yieldable bearing means comprising a plurality of bearings and bearing seats, said bearings being located in one of said top or bottom plates and the bearing seats being located in the other of said top or bottom plates, means normally biasing said bearings and bearing seats towards one another so that when in registration with one another a preposition detent function is performed, said biasing means further permitting rotatable movement of said top plate in spaced relation to said bottom plate except when said top plate is urged toward said bottom plate with a predetermined force, said bottom plate additionally comprising means for securing said bottom plate to the top surface of a sliptable.
20. A fixture according to claim 19 wherein said top plate comprises a central bore and said bottom plate comprises a pin which projects from its top surface, and further wherein said pin is sized to be received with an axially and radially sliding fit in said central bore of said top plate, wherein said top plate can move axially with respect to said bottom plate.
21. A vibration test fixture comprising:
a top plate having top and bottom surfaces, and more for use in securing a test object to said top surface; a bottom plate having top and bottom surfaces, said bottom plate being positioned adjacent said top plate so that said top surface of said bottom plate confronts said bottom surface of said top plate;
yieldable bearing means positioned between said top and bottom plates for rotatively supporting said top plate in spaced relation to said bottom plate except when said top plate is urged toward said bottom plate with a predetermined force; and
said bottom plate additionally comprising means for securing said bottom plate to the top surface of a sliptable;
said bearing means comprising a plurality of bearing assemblies each of which comprises a housing, a ball mounted in said housing, and a spring in said housing adapted to urge said ball upwardly so that a portion of said ball projects above said top surface of said bottom plate under the bias of said spring.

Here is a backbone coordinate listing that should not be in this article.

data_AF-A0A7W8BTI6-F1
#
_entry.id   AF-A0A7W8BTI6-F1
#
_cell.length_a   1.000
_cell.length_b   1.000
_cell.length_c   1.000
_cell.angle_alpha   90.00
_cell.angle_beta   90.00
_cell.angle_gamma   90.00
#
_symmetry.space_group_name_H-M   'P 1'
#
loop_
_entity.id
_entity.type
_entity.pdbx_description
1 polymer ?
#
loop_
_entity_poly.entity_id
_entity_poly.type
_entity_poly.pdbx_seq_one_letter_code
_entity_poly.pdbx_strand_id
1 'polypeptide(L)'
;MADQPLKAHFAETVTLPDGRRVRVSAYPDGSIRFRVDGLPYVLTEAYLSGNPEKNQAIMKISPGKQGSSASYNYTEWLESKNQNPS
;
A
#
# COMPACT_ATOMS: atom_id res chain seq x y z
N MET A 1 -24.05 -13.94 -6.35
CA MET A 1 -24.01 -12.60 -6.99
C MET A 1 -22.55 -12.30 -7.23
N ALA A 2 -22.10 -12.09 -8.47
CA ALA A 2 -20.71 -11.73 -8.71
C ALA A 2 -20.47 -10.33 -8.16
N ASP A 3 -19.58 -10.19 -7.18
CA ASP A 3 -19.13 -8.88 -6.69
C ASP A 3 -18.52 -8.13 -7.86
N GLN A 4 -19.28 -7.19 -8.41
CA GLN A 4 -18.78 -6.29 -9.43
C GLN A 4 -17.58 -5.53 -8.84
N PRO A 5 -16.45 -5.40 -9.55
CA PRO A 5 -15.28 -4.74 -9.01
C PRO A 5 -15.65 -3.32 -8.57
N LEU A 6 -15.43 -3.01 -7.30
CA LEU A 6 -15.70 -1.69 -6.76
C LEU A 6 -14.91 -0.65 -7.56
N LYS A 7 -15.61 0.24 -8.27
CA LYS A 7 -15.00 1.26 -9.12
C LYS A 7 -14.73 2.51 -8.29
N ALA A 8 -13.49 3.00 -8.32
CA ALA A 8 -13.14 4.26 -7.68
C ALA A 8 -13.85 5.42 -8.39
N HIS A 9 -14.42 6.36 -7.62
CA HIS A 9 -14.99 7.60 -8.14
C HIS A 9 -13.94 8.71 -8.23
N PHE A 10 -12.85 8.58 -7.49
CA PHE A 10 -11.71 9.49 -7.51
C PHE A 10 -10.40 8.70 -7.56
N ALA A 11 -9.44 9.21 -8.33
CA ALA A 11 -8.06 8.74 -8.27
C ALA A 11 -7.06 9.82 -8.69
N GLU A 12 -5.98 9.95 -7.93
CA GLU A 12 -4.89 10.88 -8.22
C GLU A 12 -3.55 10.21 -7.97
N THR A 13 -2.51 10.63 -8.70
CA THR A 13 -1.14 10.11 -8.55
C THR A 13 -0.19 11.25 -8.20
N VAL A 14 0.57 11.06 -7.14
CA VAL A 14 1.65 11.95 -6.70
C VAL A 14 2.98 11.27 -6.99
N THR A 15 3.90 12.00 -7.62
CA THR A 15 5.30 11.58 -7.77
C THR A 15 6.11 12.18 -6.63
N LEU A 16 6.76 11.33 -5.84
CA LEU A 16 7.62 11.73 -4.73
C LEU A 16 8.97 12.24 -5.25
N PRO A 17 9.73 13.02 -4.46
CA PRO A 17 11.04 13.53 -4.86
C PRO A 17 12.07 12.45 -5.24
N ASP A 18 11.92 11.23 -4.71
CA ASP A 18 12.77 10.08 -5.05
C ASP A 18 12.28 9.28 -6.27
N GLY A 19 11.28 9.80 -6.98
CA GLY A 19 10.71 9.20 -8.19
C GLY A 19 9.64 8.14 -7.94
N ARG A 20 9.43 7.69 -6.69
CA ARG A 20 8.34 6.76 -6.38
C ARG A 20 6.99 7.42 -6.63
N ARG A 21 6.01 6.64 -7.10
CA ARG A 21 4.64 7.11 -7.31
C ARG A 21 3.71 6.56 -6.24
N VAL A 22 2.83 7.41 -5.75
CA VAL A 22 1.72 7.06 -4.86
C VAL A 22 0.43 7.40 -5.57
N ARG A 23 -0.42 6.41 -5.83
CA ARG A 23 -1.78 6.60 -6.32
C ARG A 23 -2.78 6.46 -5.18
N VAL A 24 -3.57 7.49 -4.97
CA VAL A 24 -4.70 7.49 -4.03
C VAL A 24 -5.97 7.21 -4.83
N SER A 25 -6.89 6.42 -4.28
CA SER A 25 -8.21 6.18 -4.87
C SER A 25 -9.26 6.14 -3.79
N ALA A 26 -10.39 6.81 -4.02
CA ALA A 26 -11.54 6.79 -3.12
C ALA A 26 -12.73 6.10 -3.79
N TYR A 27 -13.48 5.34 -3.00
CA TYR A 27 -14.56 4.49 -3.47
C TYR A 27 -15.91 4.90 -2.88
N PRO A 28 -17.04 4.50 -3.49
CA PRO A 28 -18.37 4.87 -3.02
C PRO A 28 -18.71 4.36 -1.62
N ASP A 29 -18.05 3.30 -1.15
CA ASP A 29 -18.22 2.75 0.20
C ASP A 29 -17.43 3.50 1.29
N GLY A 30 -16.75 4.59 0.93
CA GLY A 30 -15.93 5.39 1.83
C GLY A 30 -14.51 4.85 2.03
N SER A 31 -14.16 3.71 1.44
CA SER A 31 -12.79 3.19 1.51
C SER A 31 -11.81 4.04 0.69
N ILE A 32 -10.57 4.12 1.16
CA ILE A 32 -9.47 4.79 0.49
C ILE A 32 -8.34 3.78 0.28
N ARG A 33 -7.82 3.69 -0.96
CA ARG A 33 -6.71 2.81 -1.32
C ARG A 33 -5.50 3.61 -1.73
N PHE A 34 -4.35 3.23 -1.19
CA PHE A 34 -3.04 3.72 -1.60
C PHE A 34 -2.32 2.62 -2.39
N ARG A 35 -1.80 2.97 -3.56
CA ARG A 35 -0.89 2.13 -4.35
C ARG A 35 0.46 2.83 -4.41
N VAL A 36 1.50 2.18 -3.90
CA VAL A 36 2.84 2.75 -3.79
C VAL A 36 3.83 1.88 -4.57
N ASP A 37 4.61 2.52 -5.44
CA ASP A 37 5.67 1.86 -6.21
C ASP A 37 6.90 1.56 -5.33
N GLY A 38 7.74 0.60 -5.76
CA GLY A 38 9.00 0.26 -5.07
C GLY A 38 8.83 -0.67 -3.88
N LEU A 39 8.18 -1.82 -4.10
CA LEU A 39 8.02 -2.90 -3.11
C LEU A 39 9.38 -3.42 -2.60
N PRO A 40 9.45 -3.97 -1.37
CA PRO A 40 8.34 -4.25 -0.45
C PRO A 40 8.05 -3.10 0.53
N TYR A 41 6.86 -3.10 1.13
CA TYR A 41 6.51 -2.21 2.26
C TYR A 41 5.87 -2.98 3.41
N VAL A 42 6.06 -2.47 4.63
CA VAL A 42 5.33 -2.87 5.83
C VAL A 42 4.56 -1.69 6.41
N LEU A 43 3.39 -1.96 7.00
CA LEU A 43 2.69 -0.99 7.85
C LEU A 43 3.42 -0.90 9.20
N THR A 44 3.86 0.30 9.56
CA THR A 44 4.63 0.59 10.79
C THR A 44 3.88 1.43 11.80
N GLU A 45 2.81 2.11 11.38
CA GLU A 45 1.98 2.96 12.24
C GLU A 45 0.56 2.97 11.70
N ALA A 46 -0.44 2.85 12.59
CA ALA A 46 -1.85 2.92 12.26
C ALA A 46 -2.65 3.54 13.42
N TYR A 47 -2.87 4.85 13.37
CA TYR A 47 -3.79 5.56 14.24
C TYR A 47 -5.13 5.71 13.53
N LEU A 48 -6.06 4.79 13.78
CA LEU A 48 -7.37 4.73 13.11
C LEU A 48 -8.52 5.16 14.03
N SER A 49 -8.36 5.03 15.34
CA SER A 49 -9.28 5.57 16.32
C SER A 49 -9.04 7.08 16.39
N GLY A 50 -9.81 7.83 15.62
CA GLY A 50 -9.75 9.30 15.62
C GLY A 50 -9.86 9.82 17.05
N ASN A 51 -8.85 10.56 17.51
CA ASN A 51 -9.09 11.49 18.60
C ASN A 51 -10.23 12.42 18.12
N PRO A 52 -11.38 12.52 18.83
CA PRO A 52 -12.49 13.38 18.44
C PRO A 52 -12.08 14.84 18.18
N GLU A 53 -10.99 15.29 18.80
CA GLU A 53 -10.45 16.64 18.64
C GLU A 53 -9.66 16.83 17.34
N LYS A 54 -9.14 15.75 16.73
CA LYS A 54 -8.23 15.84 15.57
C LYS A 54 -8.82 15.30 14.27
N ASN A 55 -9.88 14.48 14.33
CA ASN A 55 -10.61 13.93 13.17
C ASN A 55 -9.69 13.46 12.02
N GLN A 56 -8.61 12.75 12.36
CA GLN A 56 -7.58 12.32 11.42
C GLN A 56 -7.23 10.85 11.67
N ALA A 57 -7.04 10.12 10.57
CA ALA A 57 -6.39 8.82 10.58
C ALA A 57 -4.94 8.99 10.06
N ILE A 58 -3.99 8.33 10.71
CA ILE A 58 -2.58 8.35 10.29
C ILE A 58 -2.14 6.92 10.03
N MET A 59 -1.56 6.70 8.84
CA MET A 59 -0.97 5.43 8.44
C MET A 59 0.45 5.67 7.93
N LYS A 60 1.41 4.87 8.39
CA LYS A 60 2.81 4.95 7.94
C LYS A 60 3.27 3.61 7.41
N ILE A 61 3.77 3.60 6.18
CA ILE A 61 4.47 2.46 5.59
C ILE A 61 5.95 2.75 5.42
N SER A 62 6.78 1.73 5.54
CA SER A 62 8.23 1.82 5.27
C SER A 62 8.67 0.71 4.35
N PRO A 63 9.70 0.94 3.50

22. A fixture according to claim 21 wherein said top plate comprises a bearing race positioned to slidably engage said bearing assemblies, said bearing race having a plurality of depressions positioned to confront a corresponding respective one of said plurality of bearing assemblies.
Description
FIELD OF THE INVENTION

The present invention relates to vibration test apparatus, and more particularly to fixtures for releasably coupling a test object to a sliptable so as to permit the test object to be selectively positioned relative to the sliptable.

BACKGROUND OF THE INVENTION

The development and/or manufacture of various products, such as circuit boards for a computer, frequently includes vibration testing. Such testing is needed to determine if the product can withstand vibration forces of the type expected to be encountered during use of the product.

Conventional vibration testing typically involves attaching the test object to the top surface of a shaker table or a sliptable coupled to a shaker table and then activating the shaker table for a suitable period of time. Since it is frequently desirable to vibration test an object along two or more of its axes, in the past it has been necessary to reposition the test object after each vibration test so as to align the various axes of interest of the object in selected relationship with the axis of the vibration force generated by the shaker table. The time and cost of vibration testing an object is increased significantly when the object must be repositioned for every axis along which the object is to be vibration tested.

In an attempt to minimize the time associated with repositioning an object to be vibration tested along three mutually-orthogonal axes thereof, Marshall et al. developed an apparatus for automatically repositioning a test object, as disclosed in U.S. Pat. No. 4,848,160, issued July 18, 1989. The latter apparatus comprises a cubic fixture for supporting an object to be vibration tested, a head expander positioned between the cubic fixture and a vibration source, an index assembly for raising the cubic fixture away from and lowering the cubic fixture onto the head expander, and a rotation assembly for rotating the cubic fixture about its diagonal axis when the fixture is raised above the head expander. The apparatus also includes a controller for automatically raising, rotating and lowering the cubic fixture so that vibration testing can be performed along three mutually-orthogonal axes of the test object without detaching the object or the cubic fixture on which it is supported from the vibration source during the three-test sequence.

Although the Marshall et al. apparatus functions satisfactorily when it is desired to vibration test an object along three mutually-orthogonal axes thereof, the apparatus tends to be complex, and is hence more costly than is required when it is desired to vibration test an object along axes lying in a single plane. As such, the cost of performing the latter vibration tests tends to be more involved and expensive than necessary. Additionally, the Marshall et al. apparatus is limited in that the test object must be detached from the cubic fixture and repositioned if it is desired to vibration test the object along axes other than the three mutually-orthogonal axes of the object along which vibration testing was first performed.